potential public relations crisis involving the first lady, exploded when presidential adviser Valerie Jarrett told him the first lady had concerns about the White House response to the flap. The initial commotion had been over an alleged remark by Michelle Obama to French first lady Carla Bruni-Sarkozy that living in the White House was “hell.”
Gibbs cursed the first lady, who was absent. Kantor writes that Gibbs later said his anger was misplaced and that he blamed Jarrett for creating the confrontation. Kantor writes that Jarrett appeared to have been too quick with her criticism of Gibbs and that two aides to the first lady later said Jarrett had misspoken.
The White House had a cold reaction to the book, calling it an “over-dramatization of old news” and emphasizing that the first couple did not speak to the author, who last interviewed them for a magazine piece in 2009.
“The emotions, thoughts and private moments described in the book, though often seemingly ascribed to the president and first lady, reflect little more than the author’s own thoughts,” White House spokesman Eric Schultz said. “These secondhand accounts are staples of every administration in modern political history and often exaggerated.”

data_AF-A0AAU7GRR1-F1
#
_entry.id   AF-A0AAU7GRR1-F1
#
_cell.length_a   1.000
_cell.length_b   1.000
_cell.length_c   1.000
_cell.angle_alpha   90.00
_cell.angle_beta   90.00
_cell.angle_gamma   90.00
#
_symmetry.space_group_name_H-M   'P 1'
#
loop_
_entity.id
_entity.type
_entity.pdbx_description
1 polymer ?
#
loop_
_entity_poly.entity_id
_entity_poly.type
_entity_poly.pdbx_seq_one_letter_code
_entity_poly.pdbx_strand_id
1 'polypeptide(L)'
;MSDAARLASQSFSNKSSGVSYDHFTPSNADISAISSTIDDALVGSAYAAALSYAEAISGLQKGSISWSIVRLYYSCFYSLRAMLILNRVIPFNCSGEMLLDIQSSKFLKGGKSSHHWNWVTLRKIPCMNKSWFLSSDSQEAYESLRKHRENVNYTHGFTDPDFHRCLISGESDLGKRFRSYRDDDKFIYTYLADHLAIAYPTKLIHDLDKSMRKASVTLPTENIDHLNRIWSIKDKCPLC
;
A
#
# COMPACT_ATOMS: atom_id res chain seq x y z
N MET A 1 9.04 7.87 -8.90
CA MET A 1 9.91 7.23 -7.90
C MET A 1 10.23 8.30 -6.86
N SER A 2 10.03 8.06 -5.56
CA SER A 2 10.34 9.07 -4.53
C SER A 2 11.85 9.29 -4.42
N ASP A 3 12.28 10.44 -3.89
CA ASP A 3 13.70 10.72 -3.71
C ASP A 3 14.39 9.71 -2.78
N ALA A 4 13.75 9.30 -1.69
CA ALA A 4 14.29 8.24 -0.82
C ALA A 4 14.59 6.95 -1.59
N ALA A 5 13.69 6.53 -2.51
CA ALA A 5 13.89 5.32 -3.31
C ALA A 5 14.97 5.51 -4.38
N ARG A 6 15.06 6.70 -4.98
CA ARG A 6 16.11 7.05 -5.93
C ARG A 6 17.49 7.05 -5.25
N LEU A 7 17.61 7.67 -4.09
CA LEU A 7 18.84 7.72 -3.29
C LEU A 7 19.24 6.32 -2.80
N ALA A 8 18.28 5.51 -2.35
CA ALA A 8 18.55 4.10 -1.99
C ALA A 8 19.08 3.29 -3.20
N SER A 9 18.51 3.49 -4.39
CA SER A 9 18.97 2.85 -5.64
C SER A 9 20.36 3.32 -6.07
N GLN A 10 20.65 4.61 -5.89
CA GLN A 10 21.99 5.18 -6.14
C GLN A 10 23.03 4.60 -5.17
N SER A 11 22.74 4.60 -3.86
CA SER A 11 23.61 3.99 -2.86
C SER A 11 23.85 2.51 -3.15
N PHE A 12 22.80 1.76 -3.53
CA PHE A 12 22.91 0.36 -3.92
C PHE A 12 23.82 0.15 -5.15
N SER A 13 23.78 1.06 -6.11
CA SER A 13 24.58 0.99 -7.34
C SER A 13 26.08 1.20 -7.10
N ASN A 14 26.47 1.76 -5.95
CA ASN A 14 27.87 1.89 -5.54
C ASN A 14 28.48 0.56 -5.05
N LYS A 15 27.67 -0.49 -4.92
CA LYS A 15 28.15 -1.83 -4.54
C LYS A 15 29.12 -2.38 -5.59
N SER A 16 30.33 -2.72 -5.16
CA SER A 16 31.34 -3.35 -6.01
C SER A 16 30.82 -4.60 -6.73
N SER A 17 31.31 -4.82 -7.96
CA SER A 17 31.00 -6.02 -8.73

The book, in an array of reconstructed anecdotes, depicts a first couple often wishing they could escape the confining White House life more freely; a president who at times gets deeply frustrated by how the press covers him; and a former chief of staff, Emanuel, who let loose with profane outbursts on staff members. All of those themes have been presented in some form in other publications.
One incident recalled that Jarrett used a phone aboard Air Force One to call a New York Times reporter. The reporter was pursuing a story about how Obama’s West Wing was essentially a big boys’ club, and Jarrett was calling to argue that the premise of a male-dominated operation was overblown. The book says even though Jarrett was the one making the call, it was Obama himself who was managing the response to the Times’ story even before it came out by “personally dictating talking points to the aides who would speak to the reporter.”
But despite the White House pushback to the book, Kantor also includes many positive portrayals of both Obamas as committed parents and a down to earth power couple who have not lost their perspective.
Other revelations in the book include: as the first African-American first lady, Mrs. Obama wanted to make sure that when it came to White House decor and entertainment she wanted to display sophistication, creating anxiety with Obama advisers who wanted to make sure the White House did not appear to have a tin ear to the nation’s struggling economy. She also is now “an increasingly canny political player eager to pour her popularity into her husband’s re-election campaign.”